I'm Guilty of This Breastfeeding Faux Pas, But I Won't Apologize For It

I first read about the evils of using your cell phone while breastfeeding from an article I was reading on my cell phone . . . while I was breastfeeding. It was back in September, when I was just a few months shy of my one-year anniversary of nursing my baby (also known as her first birthday). I was damn proud of that accomplishment, and although I didn't want to let some flash-in-the-pan headline undermine the wonderful thing I was providing for my infant, I also couldn't help but click it.

It was a mistake.

I didn't need an expert with multiple PhDs to tell me that checking email on my iPhone while nursing wasn't ideal.

I live in the world. I know the things.

It makes perfect sense that if I'm distracted, I might not pick up on cues from my newborn that they're hungry or full or poorly latched or choking or dying or dead. I. Get. It. I understand this fact of life just like I do that having a glass of wine before I realized I was pregnant was a big-time no-no. And I'm aware of that as much as I am how arguing in front of my kids will turn them into high-strung sociopaths . . . or was that effective mediators? Oh, that's right: two different studies revealed two different outcomes on that one.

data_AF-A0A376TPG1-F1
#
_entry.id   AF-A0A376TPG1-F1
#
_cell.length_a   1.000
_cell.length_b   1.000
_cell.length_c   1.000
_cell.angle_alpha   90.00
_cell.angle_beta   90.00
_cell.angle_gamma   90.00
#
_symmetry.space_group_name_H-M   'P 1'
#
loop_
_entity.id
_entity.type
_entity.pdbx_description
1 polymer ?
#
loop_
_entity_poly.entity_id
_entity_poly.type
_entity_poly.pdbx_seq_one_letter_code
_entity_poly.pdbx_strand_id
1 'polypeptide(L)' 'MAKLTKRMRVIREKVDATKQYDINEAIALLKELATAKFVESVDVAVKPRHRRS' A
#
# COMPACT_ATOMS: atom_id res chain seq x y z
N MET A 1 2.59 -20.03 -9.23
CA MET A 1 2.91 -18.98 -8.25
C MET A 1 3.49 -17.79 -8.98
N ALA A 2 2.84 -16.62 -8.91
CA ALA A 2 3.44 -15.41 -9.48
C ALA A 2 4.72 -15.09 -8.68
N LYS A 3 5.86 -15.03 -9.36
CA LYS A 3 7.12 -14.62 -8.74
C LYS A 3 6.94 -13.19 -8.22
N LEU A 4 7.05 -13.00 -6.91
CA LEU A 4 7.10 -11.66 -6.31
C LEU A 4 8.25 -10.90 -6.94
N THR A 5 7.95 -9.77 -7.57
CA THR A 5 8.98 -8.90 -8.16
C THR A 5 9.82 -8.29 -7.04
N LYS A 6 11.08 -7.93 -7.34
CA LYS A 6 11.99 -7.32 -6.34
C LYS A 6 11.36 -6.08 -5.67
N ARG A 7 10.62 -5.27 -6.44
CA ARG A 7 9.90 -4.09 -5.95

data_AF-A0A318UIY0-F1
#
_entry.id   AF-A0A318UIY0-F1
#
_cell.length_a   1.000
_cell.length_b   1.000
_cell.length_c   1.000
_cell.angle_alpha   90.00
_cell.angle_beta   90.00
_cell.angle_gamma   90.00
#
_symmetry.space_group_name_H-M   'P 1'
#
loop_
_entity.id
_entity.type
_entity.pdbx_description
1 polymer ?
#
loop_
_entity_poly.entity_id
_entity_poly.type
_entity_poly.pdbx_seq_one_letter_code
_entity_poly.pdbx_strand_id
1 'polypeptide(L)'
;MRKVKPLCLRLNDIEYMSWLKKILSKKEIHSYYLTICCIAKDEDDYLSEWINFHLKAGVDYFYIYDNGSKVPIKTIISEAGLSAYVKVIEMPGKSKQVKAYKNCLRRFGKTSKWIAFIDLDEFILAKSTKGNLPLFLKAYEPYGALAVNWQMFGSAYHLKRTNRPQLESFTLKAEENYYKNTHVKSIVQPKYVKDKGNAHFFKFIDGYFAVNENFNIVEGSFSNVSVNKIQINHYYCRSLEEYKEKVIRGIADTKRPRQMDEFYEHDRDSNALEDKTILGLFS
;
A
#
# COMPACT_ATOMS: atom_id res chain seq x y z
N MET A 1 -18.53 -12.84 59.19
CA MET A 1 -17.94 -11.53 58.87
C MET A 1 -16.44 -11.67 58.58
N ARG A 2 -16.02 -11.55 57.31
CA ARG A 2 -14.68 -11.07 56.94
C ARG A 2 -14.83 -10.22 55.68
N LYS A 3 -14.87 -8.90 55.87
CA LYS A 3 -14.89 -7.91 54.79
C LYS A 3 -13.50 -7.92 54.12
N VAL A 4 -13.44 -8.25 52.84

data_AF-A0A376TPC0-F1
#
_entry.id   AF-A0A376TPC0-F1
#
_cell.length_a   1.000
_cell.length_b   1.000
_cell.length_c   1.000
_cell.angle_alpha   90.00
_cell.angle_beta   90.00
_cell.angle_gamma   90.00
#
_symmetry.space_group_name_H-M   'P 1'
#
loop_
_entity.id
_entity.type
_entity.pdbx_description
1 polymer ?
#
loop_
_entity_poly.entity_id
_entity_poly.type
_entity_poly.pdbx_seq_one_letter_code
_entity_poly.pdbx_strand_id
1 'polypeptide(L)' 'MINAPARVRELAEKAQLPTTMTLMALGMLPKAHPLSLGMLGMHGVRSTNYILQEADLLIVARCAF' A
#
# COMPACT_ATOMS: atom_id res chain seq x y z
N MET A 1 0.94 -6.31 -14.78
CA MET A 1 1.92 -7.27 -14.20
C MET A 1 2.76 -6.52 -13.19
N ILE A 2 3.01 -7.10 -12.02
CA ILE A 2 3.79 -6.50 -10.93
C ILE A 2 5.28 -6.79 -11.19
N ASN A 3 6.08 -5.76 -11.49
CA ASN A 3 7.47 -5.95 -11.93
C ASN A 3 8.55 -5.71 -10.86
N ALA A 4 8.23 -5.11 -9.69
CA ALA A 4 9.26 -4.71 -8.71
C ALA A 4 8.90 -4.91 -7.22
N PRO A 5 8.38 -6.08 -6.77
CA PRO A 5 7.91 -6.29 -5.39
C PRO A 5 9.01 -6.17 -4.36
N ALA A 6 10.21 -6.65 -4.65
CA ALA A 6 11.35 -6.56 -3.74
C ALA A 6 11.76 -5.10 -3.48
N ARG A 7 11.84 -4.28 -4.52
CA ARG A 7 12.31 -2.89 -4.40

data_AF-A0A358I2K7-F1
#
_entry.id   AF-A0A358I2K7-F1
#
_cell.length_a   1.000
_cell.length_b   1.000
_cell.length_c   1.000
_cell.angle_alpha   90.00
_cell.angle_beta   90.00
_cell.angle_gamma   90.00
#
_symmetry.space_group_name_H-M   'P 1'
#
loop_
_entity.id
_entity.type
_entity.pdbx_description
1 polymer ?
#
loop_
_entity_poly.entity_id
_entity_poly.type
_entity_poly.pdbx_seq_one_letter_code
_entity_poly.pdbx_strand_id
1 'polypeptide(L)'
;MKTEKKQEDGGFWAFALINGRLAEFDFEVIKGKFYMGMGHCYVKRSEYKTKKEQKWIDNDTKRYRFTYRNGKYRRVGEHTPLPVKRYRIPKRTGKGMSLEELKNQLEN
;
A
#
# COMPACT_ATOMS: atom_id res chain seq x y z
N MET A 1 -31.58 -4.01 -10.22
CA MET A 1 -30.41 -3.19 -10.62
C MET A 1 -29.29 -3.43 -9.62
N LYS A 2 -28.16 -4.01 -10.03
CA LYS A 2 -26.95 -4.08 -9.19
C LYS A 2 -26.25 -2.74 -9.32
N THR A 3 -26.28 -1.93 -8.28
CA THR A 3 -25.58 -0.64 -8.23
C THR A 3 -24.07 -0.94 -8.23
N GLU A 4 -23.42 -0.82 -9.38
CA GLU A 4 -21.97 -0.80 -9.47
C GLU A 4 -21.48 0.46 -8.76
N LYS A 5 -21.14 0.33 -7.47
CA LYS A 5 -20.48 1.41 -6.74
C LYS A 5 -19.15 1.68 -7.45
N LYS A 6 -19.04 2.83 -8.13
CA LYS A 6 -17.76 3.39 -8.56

And this week — months after my now-toddler weaned off of breastmilk completely, I didn't need yet another wave of headlines about the dangers of "brexting" — a term the internet coined so that moms could more easily shame other moms for partaking in the practice without wasting valuable characters on Twitter — to fill up my news feed as if I didn't get the memo the first time around.

Yes, breastfeeding is a miraculous time to be cherished, but the essence of "time" is a bit relative when it's happening every three hours, for upwards of an hour a pop, around the clock.

In those first few months, moms are exhausted. They need a distraction — from the pain, from the monotony, from their cluttered thoughts. They've also got a lot on their plates. So if they decide to reply to an email, read an article about a study that confirms that moms who read articles are better moms, or take a "Which <b>Friends</b> Character Are You?" quiz, they are just trying to stay on top of that living, breathing to-do list that they're currently feeding with life-saving milk.

That doesn't mean breastfeeding is a form of torture we need reprieve from. I loved nursing my daughter — it's legitimately one of my life's greatest joys. But I also love television, which is why I spent many a session with earbuds and an iPad cued up to Netflix (it's called "breastflixing," FYI). Although no study will come to my house to confirm it, the result of all this is a very happy kid who's pretty smitten with her mildly absentee mother.

I might be done breastfeeding, but if I ever have another child in all this free time, I can guarantee that while that baby is on my breast, my phone will be in my hand.

I'm a mom, yes, but I'm also human, and I won't apologize for being so.